How will the fan in the new V operate?

Though we understand the need for a fan to ensure the proper performance of our Tiger Lake CPU, we are also aware that silent performance was a popular feature of our fanless first-gen device. We intend to plot a fan curve that provides adequate cooling when required but turns the fan off completely during low-power use.

We are looking into the possibility of manually turning off the fan completely (a so-called ‘zero-fan mode’); however, it is important to recognize that such a feature may limit the maximum performance for users who choose to use it.

Are the SIM card and micro-SD card hot-swappable?

Though either can be added, removed, or replaced whilst the device is in use (‘hot-swappable’), it is important to keep in mind that the SIM card and micro-SD card share a tray, so removing one will also remove the other. It is recommended to ensure the SD card is not being read from or written to and that you are not reliant on your LTE connection whenever you remove the SIM/SD tray.

What kind of storage does the new V use?

The new V uses an M.2 PCIe NVMe SSD for high-speed storage. Though we kept user-serviceability in mind throughout the design process, the SSD is hard to reach without specialized tools. This means that we do not recommend trying to replace it, but in case of emergency, you should be able to remove your storage drive to get to your data.

Is the new V user-serviceable?

As much as we would like the new V to offer easy accessibility of its internals, device thickness and structural rigidity became an issue when we explored various ways to open up the device safely. Gluing the new V was ultimately left as our only viable choice.

Does the new V support any form of (reverse) wireless charging?

The aluminum housing of the new V does not allow for wireless charging.


How thick will the bezels of the new V be?

The V has edge-to-edge cover glass, bounded only by a thin aluminum frame to protect it from edge impacts. This combined ‘bezel’ measures approximately 11mm left and right, and 13.4mm on the top and bottom.

Is the new V vulnerable to bending (as seen with, for instance, iPad Pro)?

The internals’ accessibility is a particular challenge in designing the new V, as this often requires carefully fitting together separate housing components. Many design directions have already been tried but abandoned for resulting in too flimsy a device, as we take great care to build a sturdy and durable product.

Will the active cooling of the new V be vulnerable to dust?

The air intake and exhaust (as well as the speaker holes) will have mesh filters in place to protect against the ingress of dust and other debris. We are aware that this will not completely negate the build-up of dust, but it should help your device stay clean and cool.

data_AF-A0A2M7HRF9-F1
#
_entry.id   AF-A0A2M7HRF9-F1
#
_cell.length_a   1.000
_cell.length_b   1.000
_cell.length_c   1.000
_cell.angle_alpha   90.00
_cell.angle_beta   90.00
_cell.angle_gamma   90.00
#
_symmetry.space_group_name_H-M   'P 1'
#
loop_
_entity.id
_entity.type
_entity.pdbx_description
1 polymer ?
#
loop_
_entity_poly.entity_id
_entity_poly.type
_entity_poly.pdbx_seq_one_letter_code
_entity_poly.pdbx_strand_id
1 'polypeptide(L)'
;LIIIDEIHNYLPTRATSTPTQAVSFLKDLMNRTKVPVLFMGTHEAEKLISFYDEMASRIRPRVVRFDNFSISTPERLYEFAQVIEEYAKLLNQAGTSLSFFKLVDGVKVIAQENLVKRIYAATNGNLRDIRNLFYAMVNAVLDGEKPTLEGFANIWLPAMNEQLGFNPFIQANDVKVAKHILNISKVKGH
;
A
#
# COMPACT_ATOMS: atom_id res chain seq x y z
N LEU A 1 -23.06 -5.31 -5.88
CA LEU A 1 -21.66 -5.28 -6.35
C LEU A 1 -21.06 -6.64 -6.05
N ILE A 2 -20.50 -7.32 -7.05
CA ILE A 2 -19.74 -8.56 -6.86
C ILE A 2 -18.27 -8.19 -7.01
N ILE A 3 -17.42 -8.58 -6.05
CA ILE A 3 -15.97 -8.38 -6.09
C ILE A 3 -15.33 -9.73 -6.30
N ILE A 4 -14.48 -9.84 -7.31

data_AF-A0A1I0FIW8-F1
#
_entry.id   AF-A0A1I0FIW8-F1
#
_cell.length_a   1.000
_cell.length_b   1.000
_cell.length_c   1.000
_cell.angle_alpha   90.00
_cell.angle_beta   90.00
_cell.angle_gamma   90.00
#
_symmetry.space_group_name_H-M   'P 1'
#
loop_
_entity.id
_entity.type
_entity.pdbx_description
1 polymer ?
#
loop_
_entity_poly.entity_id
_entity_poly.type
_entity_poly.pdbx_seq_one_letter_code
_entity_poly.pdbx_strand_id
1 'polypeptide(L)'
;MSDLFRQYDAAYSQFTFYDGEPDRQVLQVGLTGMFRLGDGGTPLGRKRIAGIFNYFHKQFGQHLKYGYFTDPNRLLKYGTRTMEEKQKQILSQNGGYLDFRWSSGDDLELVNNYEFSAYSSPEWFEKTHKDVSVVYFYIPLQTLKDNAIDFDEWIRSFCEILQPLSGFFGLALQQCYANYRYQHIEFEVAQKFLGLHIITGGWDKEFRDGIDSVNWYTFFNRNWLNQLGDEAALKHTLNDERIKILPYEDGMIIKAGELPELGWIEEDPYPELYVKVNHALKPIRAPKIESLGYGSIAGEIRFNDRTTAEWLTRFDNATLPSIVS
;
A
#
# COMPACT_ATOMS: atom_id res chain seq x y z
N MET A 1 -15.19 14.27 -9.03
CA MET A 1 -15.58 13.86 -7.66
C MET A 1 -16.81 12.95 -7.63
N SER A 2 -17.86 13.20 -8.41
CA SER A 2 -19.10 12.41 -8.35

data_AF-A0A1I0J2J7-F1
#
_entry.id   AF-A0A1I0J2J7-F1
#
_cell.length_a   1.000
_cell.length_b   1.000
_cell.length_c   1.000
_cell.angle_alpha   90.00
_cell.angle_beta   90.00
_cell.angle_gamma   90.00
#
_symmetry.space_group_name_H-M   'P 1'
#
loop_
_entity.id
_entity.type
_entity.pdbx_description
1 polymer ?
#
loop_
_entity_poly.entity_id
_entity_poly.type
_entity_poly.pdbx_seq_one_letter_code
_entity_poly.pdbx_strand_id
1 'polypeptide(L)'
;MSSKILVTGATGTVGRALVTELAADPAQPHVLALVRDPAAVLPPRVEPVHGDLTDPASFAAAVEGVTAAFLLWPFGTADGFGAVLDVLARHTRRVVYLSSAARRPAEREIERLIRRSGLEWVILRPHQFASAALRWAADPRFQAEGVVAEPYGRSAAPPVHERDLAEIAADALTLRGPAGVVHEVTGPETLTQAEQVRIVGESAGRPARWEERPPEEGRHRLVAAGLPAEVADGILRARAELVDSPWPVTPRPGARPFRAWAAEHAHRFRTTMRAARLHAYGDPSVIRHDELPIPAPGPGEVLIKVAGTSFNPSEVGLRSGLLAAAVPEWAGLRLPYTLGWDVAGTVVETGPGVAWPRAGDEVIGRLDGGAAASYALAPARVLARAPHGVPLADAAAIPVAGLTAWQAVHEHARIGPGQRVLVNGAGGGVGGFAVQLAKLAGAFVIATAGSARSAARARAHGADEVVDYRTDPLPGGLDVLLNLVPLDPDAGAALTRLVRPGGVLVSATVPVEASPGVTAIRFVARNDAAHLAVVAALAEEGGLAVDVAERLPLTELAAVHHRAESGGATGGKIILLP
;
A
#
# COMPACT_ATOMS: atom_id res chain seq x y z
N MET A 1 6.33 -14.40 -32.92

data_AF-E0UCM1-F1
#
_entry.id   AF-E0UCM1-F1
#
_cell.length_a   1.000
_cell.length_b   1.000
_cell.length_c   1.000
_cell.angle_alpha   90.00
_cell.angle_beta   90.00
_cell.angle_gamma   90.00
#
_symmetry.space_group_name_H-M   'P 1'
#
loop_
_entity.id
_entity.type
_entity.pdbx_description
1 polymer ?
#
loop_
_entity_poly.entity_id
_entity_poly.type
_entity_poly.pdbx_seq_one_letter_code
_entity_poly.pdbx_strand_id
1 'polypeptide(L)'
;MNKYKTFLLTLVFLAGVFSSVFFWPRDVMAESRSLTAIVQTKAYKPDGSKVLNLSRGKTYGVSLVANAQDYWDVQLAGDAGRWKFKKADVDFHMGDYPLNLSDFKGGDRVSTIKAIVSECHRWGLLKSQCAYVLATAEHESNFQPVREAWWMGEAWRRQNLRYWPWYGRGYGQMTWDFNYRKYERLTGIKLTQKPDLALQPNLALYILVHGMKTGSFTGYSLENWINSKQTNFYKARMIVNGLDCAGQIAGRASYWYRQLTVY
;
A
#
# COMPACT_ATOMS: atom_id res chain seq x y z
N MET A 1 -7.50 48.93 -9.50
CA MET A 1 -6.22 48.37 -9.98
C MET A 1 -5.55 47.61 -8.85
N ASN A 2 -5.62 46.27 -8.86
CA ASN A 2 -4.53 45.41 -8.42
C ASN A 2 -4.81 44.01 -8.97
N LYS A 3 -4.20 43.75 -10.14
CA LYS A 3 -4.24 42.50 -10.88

What materials make up the new V’s exterior?

The housing is primarily made of aluminum alloy, with a high-grade plastic insert along the top to allow for wireless connectivity. To top it all off, we’re currently working with Corning to make sure our edge-to-edge cover glass is as durable as possible.


What materials will be used to build the keyboard?

As the new V Keyboard is still being designed, no exact materials have been decided on. But it looks like we will use a soft material like ultrasuede, framed in a hard material like plastic. More details will be made available soon!

What materials will be used for the keycaps?

The keycaps will be plastic; exact details will narrow down to the specific module used with our keyboard suppliers.

How do the keys and palm rest feel on touch (i.e., warm or cold)?

As the keys and wrist rest of the keyboard does not contain components that heat up during use, you can expect the palm rest to be at or around room temperature. The exact surface finishes are still undecided.

Does Alcantara wear over time?

We have not yet decided on either material or finish, but consider using Alcantara and other ultrasuede materials. Experience with the first-generation V and other products shows that Alcantara is a resilient and durable material, provided it is cared for properly.

Can the keyboard of the new V be lifted at an angle?

The keyboard can be lifted in the same fashion as the first-generation V Keyboard or Surface Pro. Once we have our designs finalized, we can start taking measurements, such as the maximum angle.

Can end users remap the key functions?